High-ranking Miami-Dade cops are dropping like flies. That and more in today's Cooler.
A- Herald: Because a $200K salary just doesn't pay the bills.
Former mayoral chief of staff Denis Morales and several high-ranking Miami-Dade police officers regularly flouted county rules involving outside employment and abused their positions of power while earning more than $400,000 moonlighting as police consultants in Panama, according to a Miami-Dade Inspector General draft report obtained by The Miami Herald.B- Herald: And another one.
Morales moonlighted while working as Mayor Carlos Alvarez's chief aide, making more than $200,000 annually in his county job. He and the officers worked as consultants for the Panamanian National Police. The work was done through Protection Strategies Inc., an Arlington, Va. firm.
Morales, Gonzalez and Maj. Ariel Artime obtained at least 10 first-class ticket upgrades to travel to the Central American country from 2007 to 2009, the report found. In one case, they demanded an upgrade from an American Airlines ticket agent even though a Miami-Dade police directive a month earlier banned such solicitations.
Embattled county police division chief Frank Vecin, a longtime ally of Miami-Dade Mayor Carlos Alvarez, is stepping down amid a widening inquiry into Vecin's handling of an environmental trust fund and his alleged mixing of private consulting and county business.C- Herald: They write letters.
``He submitted his retirement papers,'' said Miami-Dade Police spokeswoman Nancy Perez. ``He's on leave at the present time.''
Vecin was handed control over a $5 million police fund meant to crack down on environmental crimes. Yet a Miami Herald review detailed how much of that money was spent on items that have little to do with environmental crimes, ranging from flat-screen TVs and semi-automatic assault rifles to SUVs used by command staff and, for a time, the county mayor -- who gave it back.
Offensive adD- Sun-Sentinel: Because being one of the first is so important.
Am I the only one who feels offended when I drive down Biscayne Boulevard, with my 8-year-old, and read the word ``bullsh*t'' every two blocks? The large ads on the Metro-Dade bus shelters may be for a good cause -- they tout free HIV testing -- but is the community sinking to new depths by allowing this abrasive, rude and uncivil mode of expression?
What are tourists and children going to take away from this type of language? Who within the Metro-Dade government bureaucracy permitted this? Am I the only one who cares about this affront to our sensibilities?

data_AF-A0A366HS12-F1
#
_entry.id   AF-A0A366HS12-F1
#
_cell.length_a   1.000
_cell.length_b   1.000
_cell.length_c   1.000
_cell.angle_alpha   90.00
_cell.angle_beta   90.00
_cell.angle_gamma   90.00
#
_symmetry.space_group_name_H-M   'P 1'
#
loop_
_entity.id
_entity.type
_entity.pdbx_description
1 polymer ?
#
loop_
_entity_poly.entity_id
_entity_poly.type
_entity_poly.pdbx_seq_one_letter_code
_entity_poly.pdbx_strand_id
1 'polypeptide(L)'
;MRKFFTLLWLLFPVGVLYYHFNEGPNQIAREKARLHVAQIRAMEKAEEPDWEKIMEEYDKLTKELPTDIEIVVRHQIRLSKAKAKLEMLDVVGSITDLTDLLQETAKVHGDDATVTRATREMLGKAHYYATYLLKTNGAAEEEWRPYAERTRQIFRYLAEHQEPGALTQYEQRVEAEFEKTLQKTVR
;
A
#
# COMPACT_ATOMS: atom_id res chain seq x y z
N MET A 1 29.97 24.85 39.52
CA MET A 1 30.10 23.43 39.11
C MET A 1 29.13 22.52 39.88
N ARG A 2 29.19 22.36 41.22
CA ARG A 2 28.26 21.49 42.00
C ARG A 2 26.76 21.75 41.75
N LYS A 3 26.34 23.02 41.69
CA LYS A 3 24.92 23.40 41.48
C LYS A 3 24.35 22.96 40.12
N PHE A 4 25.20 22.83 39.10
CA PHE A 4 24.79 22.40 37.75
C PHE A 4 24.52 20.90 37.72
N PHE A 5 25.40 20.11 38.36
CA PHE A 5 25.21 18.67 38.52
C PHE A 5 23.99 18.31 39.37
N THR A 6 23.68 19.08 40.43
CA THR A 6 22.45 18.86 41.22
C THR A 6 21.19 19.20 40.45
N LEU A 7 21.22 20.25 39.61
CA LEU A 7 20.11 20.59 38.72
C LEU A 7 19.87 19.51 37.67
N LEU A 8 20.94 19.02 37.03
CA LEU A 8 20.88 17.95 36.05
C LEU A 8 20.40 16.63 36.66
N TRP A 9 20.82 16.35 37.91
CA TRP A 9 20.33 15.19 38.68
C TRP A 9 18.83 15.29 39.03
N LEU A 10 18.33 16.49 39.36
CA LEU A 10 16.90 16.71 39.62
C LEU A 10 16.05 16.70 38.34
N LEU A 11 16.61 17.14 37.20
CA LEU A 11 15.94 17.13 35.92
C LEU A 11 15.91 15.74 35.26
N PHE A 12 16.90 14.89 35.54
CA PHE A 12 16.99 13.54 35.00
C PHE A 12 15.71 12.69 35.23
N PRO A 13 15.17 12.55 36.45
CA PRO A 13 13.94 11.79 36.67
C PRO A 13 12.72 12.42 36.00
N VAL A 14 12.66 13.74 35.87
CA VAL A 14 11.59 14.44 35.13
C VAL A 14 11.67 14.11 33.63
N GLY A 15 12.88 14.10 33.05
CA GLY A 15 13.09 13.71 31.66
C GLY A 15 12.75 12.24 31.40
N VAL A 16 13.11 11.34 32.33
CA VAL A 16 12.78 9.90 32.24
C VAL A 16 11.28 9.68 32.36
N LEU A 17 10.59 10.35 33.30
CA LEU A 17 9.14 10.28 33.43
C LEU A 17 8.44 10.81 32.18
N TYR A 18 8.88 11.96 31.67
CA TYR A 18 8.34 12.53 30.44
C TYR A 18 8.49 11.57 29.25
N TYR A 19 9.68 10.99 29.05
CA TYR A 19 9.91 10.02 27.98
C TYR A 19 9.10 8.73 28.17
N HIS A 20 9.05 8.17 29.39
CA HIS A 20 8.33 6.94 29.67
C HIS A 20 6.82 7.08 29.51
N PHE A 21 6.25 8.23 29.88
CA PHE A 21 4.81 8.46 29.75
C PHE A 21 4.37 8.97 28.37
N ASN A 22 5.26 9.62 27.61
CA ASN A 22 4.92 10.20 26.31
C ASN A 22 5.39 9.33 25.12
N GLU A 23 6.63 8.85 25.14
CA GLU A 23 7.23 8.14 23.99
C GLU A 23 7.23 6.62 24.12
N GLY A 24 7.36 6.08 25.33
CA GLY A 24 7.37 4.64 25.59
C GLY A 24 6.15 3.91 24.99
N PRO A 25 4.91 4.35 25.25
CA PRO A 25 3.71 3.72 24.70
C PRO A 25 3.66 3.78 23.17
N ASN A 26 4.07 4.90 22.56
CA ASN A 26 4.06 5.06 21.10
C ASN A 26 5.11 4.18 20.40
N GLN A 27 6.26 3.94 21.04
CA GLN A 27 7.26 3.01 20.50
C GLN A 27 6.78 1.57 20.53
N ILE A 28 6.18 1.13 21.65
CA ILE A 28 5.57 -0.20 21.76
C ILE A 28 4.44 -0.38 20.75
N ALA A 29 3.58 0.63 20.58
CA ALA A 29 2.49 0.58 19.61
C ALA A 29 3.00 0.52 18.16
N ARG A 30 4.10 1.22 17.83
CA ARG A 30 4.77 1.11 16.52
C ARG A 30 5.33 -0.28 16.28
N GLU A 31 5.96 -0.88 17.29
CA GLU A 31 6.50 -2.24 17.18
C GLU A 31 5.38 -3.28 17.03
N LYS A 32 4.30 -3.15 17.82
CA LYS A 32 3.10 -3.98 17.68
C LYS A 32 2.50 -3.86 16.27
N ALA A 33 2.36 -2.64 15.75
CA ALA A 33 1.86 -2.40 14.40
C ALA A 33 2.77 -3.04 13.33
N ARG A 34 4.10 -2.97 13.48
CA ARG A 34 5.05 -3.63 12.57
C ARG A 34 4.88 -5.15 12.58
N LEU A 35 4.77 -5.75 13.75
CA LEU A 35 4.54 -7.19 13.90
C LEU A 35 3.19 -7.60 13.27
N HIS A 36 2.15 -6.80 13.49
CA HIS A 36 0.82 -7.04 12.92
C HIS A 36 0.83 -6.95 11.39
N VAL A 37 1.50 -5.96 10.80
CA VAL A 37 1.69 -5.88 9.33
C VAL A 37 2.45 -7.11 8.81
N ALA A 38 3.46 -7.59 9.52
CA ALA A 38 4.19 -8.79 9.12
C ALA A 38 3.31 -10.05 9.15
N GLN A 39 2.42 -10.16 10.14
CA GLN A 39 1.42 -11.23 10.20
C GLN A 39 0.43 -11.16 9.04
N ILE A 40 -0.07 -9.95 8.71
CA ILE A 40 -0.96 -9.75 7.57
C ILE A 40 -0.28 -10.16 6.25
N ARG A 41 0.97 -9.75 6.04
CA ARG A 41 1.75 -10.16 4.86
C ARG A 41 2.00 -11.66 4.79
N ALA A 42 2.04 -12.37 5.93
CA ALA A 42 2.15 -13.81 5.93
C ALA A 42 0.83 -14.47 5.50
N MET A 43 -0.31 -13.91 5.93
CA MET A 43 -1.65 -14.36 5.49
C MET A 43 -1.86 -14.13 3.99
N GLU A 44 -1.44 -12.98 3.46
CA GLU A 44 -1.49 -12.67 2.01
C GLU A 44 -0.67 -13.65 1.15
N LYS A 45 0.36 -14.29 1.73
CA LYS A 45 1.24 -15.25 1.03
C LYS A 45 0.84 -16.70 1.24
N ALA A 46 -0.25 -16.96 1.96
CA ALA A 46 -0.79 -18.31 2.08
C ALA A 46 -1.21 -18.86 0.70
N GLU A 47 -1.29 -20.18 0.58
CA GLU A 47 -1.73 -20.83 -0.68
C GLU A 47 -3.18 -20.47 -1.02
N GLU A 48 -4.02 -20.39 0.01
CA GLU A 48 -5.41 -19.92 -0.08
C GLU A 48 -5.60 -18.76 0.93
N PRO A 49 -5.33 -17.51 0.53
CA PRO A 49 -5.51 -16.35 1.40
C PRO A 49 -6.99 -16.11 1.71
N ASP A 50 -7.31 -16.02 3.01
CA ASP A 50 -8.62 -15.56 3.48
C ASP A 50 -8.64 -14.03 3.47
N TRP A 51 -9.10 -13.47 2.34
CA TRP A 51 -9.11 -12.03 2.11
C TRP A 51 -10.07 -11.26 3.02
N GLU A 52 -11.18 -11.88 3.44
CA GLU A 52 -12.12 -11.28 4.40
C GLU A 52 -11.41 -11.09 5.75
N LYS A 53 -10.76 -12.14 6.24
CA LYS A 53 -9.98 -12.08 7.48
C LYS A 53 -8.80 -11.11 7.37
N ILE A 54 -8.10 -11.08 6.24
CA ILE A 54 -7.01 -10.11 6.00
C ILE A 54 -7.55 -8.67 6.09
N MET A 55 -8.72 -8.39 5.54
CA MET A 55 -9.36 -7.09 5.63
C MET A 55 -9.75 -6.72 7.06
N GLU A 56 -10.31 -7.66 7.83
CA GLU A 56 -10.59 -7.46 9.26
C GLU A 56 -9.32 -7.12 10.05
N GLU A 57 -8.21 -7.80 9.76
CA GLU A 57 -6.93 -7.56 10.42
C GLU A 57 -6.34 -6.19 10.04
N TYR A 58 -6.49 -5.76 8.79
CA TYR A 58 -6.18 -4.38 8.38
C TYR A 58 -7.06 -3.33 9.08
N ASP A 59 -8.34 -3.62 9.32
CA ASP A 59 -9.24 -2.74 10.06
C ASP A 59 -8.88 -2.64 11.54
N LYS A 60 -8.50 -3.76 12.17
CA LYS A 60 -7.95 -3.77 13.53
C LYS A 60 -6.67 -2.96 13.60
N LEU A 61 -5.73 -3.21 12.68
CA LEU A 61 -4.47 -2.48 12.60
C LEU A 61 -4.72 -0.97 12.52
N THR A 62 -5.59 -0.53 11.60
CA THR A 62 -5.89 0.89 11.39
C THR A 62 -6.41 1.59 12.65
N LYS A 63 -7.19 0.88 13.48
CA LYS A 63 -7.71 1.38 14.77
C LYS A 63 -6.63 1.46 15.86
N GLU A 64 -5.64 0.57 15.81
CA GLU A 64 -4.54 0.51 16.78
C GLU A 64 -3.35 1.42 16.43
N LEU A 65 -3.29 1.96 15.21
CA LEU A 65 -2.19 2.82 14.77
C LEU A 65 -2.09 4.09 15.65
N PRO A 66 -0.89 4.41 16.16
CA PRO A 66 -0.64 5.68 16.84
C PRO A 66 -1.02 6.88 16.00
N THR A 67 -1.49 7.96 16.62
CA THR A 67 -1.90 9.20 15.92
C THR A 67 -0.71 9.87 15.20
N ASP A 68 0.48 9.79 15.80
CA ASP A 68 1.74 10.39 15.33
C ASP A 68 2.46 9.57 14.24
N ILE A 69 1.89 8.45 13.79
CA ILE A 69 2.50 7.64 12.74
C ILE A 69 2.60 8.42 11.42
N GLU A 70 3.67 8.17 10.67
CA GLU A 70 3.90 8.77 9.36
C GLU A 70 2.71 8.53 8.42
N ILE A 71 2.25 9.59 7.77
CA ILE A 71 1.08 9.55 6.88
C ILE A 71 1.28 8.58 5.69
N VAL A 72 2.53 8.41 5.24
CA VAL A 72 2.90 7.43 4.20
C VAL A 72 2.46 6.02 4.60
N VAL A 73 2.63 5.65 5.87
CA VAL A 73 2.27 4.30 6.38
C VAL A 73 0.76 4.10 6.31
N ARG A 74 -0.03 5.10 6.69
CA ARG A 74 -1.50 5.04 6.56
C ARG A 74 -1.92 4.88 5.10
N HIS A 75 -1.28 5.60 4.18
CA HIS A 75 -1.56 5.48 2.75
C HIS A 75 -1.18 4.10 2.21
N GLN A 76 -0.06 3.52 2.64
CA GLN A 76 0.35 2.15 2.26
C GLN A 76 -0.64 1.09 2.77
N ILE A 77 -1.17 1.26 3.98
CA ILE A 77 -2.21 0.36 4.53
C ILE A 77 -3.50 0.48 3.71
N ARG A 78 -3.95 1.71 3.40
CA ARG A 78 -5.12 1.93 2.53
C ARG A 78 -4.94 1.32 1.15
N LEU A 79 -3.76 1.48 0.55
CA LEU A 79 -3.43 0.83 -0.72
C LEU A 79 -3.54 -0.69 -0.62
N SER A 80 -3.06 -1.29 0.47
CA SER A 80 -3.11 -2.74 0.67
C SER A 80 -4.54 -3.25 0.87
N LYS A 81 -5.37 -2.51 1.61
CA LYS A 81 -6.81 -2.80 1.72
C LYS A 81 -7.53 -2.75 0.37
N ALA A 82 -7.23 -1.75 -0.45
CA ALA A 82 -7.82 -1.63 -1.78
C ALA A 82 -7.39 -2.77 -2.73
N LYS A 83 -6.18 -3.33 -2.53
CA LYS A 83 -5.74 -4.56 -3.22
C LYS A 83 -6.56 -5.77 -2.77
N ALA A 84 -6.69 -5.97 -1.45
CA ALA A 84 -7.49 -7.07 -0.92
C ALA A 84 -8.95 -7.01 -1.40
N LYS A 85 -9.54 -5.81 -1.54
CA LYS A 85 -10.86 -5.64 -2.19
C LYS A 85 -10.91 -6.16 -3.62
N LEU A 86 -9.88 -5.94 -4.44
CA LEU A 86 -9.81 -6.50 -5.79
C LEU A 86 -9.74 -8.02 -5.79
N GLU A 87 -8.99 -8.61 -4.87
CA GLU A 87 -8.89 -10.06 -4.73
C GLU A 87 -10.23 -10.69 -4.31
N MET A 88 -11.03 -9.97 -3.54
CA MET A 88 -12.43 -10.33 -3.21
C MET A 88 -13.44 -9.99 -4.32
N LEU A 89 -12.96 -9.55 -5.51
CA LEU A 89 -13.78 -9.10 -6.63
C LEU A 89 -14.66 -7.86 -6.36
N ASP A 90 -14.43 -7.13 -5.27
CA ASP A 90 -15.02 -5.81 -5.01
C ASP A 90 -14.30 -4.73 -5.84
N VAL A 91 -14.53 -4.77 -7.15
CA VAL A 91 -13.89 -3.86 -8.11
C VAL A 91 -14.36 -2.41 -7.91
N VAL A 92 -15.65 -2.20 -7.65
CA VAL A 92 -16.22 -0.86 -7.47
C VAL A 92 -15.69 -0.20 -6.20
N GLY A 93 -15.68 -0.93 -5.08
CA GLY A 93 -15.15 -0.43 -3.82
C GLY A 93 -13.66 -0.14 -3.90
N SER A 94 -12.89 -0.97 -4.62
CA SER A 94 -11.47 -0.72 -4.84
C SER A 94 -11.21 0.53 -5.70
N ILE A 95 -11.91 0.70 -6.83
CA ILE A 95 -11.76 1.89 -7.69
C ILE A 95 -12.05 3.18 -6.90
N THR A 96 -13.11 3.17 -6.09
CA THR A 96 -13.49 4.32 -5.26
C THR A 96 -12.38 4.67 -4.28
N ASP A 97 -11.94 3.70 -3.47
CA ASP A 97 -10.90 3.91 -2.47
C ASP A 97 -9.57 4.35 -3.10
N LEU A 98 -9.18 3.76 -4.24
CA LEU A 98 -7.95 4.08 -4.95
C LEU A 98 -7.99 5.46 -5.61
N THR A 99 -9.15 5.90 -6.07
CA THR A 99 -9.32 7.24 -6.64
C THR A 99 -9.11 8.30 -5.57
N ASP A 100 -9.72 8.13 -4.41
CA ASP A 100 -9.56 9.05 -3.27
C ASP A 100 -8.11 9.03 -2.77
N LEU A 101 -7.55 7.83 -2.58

JAVIER BEREZDIVIN, Miami
In South Florida, hundreds of hopefuls lined up outside the entrance Galleria Mall in Fort Lauderdale to snap up their new iPhones.E- Sun-Sentinel: They write letters.
Mark Salazar and son Cory, of Tamarac, went to the mall at 3:15 a.m. to wait for the 32 GB model he pre-ordered online. There were still 160 people already lined up when he arrived.
"I counted them," he said. "The alarm went off at 2 a.m. and here I am."
By 6:45, security guards were directing hopefuls into a snaking line around the garage. A cheer went up through the garage at 7 a.m. when customers with reservations were led into the Apple store, where cheering Apple employees rushed out to greet the crowd.
Jovani Montero, 25, of Fort Lauderdale and his friend Eddie Gonzalez, 25, of Fort Lauderdale got to the mall at 3 p.m. yesterday to be the first people in line.
"We came to be numero uno.," Montero said. "We wanted to get here so we could secure our spot in line to get our iPhones."
Whenever I hear complaints about too much government and that Obama didn't take over the oil spill fast enough, I'm reminded of the expression: "Not only is the food terrible, but the portions are so small."F- CBS4: Your WTF? Moment of the Day.
Arthur B. Welsher, Boynton Beach
Former Miramar Commissioner Fitzroy Salesman is getting no sympathy from the judge who denied his request to be temporarily released from jail for some last minute tasks.G- WPLG: Terminal D gets a train.
Salesman, 53, has been in the Broward County jail since April, when he was convicted of public corruption for accepting bribes from undercover FBI agents posing as contractors.
The former commissioner asked to be temporarily released before his July 8 sentencing because he wants to try renting out his Miramar home and help his 76-year-old father find a place in an assisted living home. According to the Miami Herald, Salesman's attorney said that he is the only one in his family willing to help his father.
Terminal D, Miami International's new north terminal, includes 50 gates and is 1.3 miles long end to end. The terminal is long and narrow by design in order to move more planes and more passengers than the former gates, which were configured like spokes to form a hub.H- WSVN: Video, Grove resident uses home video to help catch bike thief.
After several setbacks, a train system to shuttle passengers in the terminal is set to open on Sept. 15.